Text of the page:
• This both is, and is not, the premise behind the Zero Requiem. The idea is that when Charles dies, the malice and hatred caused by his reign will not vanish, as there is ontological inertia, so something needs to be done about it. The response is to be even more terrible, but equally to everybody, so when the scapegoat in question dies, a lack of ontological inertia takes effect. This conflict of concepts is the major issue with this plan.
  • In Hellsing, all the ghouls (zombies created when a vampire bites a non-virgin human) die when you slay the vampire who created them in the first place (a common theme in vampire stories; see below). That is, unless it's an artificial vampire created by surprisingly resilient Nazis. Then, the ghouls persist even after the vampire is killed.
  • A major issue in Tsubasa -RESERVoir CHRoNiCLE-. We don't find out until the very last chapter, but clones cease to exist when the creator dies. Even after Yuuko gave up centuries of her life to get the clones into the cycle of reincarnation, they still vanish once the Big Bad dies.
  • In Fullmetal Alchemist, whenever a limb or other body part of a homunculus is separated from the rest of the body (or, to be more specific, the Philosopher's Stone at the Homunculus's core), it decomposes into dust in seconds, only to be replaced as the homunculus regenerates. If they die their whole body turns to dust. Though, it is possible to reattach it if it's done instantly, as shown when Gluttony keeps himself from falling apart, so to speak.
    • This is a justified use, as it's clear the homunculi are continuously exerting alchemic energy to keep their bodies together, and physically they are comprised of simple materials. In addition to immediately dissolving upon death, there is an implication that it is agony to exist as a homunculus, alleviated slightly by ingesting red stone.
  • Subverted in Hunter × Hunter, where the local form of spiritual power, Nen, can be used to materialize objects or impose 'rules' to people which don't disappear with the death of the caster; instead, they can even get STRONGER. A specific ability (Nen removal) must be used to get rid of this kind of things.
  • One Piece:
    • Originally averted in the Thriller Bark arc as the shadows Gecko Moriah stole would only return to their owners by his will alone. However, it became straight after Moriah absorbed them all to take on a One-Winged Angel form and his defeat by Luffy caused him to release the shadows.
    • It is implied that he released the shadows subsonciously. He was holding onto 1000 shadows and the amount of willpower to hold onto them is staggering. Combined with the intense beatdown, he most likely released subconsciously or rather his will became too weak to hold the shadows anymore.
    • This is one of the basic rules in the manga as a whole. Certain Devil Fruit users have their powers be of active usage or be activated so when they are knocked out or rendered unconscious, the effects of their Devil Fruit are nullified. Examples include Shiki, Foxy, Moria, Vander Decken IX, and Sugar, among others. Other Devil Fruit users have their powers provide more passive effects that are always on, such as Luffy's rubber body, Chopper's humanity and Brook's undead state. Others merely produce substances and so presumably the stuff that was already created would remain (such as Mr.3's wax and Aojiki's ice) though this only applies to substances not connected to the user (such as Donflamingo's strings).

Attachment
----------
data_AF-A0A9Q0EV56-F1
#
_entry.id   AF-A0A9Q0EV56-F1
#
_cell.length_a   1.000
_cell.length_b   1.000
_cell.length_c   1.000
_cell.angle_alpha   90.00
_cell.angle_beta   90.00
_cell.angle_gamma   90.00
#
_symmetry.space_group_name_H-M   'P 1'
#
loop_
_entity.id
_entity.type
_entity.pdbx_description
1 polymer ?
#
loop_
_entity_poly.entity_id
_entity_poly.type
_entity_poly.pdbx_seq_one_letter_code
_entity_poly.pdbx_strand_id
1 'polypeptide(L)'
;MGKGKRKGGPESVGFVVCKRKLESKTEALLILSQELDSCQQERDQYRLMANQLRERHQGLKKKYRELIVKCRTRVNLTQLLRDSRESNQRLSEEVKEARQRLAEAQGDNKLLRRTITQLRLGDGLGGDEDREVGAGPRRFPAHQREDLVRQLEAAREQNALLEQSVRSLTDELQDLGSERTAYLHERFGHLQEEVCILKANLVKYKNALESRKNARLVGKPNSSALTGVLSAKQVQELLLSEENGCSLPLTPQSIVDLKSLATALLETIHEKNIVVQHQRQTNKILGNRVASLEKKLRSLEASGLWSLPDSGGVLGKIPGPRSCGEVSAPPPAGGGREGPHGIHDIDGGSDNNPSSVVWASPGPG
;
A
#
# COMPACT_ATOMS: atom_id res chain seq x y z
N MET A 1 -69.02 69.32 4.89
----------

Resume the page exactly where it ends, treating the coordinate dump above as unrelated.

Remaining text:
• At the end of Jack and the Witch (1967), after the evil queen Auriana is destroyed the magic she used to turn children into harpies dissipates, causing the kids to return to normal.
  • Puella Magi Madoka Magica:
    • It seems that any active magical effect is destroyed when the Magical Girl causing it dies, most obvious with their outfits. The same thing happens to a witch's barrier when the witch is destroyed.
    • The Spin-Off Puella Magi Oriko Magica seems to avert this until we learn that there's a magical girl who is slowing down time — including the speed at which the magical effects disappear.
    • The other Spin-Off, Puella Magi Kazumi Magica, also uses this trope in an interesting fashion. The title character is an Amnesiac Hero. When she doesn't get her memories back after the death of the Knight of Cerebus she realizes that her amnesia must have come from something else. Similarly, the Evil Nuts that were supposedly created by the Knight of Cerebus don't vanish when she's killed — they either avert this trope, or someone else made them.
  • One of the best aversions in history shows up in Star Driver. Long story, but an Artificial Human was created using a First Phase power. When the Driver lost the power, it was assumed the creation disappeared. It turns out to be not the case.
  • Pokémon Adventures: In the Ruby/Sapphire arc, Celebi uses its Time Travel powers to fix all the problems that happened over the course of the arc, including bringing Norman and Steven back to life.
  • Mawaru-Penguindrum:
    • Episode 12: when Himari collapses and then dies due to her possessor (the Princess of the Crystal) being unable to sustain her existence anymore, her Penguin (#3) passes out and later away as well. In episode 13, Sanetoshi revives Himari after making a Deal with the Devil with her brother Kanba: after this, #3 returns too and seems to be all right.